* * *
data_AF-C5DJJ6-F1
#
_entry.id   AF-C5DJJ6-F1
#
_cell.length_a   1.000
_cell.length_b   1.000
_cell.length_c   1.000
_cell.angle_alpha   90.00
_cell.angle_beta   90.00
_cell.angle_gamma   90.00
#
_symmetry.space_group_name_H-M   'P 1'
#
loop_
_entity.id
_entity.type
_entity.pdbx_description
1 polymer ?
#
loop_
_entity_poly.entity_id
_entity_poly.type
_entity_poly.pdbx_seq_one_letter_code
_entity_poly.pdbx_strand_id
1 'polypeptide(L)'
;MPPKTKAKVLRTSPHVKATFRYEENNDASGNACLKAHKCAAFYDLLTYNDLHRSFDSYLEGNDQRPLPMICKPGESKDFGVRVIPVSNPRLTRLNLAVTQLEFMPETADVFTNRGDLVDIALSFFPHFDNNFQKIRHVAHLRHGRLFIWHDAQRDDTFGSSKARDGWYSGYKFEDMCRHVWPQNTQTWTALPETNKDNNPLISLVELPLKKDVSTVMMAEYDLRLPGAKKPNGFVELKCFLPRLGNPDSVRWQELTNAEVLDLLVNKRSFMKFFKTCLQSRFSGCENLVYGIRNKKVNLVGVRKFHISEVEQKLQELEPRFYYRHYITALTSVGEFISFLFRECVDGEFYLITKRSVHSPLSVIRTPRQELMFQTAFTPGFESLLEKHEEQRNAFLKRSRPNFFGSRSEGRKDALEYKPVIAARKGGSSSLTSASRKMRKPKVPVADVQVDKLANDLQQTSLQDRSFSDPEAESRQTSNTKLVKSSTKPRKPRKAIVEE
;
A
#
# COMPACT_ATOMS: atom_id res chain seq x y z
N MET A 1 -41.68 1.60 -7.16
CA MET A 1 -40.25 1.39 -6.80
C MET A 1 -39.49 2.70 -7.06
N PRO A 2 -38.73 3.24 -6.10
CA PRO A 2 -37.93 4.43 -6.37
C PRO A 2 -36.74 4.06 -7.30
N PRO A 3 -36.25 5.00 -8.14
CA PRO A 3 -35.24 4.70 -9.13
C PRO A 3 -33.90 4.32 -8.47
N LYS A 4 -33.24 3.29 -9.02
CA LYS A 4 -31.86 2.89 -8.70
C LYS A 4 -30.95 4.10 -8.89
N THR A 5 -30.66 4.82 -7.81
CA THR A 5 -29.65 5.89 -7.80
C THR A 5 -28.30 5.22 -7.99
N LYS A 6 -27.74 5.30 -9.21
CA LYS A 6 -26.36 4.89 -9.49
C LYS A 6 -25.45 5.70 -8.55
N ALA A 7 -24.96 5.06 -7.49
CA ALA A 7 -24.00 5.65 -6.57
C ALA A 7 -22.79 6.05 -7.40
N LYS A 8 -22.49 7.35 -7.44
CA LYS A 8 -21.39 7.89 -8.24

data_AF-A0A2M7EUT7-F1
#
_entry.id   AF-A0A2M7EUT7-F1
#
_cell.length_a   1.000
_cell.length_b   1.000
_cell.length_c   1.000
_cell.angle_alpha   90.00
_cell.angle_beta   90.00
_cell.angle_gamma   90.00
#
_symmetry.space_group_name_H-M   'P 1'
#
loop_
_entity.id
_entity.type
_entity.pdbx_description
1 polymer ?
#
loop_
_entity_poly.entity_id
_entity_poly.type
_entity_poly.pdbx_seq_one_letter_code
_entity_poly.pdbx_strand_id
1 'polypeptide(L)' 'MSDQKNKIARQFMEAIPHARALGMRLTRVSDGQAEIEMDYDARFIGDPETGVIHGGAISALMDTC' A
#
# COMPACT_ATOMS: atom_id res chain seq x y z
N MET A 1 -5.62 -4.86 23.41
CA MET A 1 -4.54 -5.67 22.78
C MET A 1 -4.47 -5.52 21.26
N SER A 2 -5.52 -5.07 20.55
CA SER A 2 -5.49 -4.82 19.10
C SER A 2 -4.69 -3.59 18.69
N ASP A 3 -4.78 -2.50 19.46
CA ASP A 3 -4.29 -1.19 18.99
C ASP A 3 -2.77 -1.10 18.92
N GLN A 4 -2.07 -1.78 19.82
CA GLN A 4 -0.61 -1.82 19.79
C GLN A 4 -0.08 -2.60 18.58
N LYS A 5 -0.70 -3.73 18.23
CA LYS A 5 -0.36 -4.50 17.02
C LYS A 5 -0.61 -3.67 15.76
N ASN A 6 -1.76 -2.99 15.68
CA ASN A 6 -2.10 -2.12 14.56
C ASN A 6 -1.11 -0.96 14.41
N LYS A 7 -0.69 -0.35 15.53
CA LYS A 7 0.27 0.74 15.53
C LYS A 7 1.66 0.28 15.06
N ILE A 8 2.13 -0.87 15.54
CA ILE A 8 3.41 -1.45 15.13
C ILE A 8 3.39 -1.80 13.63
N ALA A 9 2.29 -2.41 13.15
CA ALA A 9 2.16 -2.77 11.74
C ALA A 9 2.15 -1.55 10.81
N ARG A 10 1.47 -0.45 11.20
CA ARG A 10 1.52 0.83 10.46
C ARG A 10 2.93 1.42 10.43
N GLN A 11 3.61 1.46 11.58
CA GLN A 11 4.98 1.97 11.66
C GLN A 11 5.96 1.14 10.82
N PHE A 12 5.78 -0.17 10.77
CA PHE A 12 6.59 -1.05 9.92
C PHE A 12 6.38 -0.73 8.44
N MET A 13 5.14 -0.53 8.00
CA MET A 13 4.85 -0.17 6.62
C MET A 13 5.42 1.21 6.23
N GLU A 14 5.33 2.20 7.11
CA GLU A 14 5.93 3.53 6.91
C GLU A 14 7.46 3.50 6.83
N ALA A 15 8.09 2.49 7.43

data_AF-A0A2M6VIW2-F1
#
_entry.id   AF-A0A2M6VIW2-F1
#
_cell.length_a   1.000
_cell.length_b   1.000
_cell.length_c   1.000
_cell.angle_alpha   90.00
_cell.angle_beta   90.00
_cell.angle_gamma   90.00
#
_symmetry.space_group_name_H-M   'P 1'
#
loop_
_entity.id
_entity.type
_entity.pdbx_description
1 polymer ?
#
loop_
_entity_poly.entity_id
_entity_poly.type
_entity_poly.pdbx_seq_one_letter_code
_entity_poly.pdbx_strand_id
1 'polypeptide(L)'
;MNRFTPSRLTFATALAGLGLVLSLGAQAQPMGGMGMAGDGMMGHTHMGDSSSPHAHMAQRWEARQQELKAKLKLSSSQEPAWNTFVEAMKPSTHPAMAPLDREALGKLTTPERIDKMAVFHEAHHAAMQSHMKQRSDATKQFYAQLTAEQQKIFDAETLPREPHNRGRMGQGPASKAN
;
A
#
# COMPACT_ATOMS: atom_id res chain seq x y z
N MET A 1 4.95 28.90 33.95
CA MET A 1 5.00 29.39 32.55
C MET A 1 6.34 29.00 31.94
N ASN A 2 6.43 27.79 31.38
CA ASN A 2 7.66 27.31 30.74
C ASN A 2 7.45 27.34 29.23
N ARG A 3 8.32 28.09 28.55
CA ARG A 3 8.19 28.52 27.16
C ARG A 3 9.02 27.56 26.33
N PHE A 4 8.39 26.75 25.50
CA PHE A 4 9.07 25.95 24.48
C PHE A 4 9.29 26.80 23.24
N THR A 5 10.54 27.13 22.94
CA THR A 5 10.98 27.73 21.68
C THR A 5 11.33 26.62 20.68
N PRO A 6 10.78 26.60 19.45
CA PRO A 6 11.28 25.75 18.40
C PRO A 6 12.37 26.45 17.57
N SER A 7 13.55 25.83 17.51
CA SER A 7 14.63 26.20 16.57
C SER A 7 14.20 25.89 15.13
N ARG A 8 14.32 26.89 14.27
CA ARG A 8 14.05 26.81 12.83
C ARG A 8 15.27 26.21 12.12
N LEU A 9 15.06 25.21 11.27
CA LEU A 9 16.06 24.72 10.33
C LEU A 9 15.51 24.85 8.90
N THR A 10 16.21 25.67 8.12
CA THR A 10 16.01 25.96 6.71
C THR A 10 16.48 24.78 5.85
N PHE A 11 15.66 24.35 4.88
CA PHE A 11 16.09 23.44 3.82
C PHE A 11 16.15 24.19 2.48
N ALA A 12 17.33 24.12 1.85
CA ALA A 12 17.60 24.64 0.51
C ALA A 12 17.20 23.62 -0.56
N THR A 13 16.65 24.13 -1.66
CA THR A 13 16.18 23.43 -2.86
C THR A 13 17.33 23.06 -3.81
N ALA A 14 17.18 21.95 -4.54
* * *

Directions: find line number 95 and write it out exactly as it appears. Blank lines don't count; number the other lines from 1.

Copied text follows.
C LYS A 5 -0.61 -3.67 15.76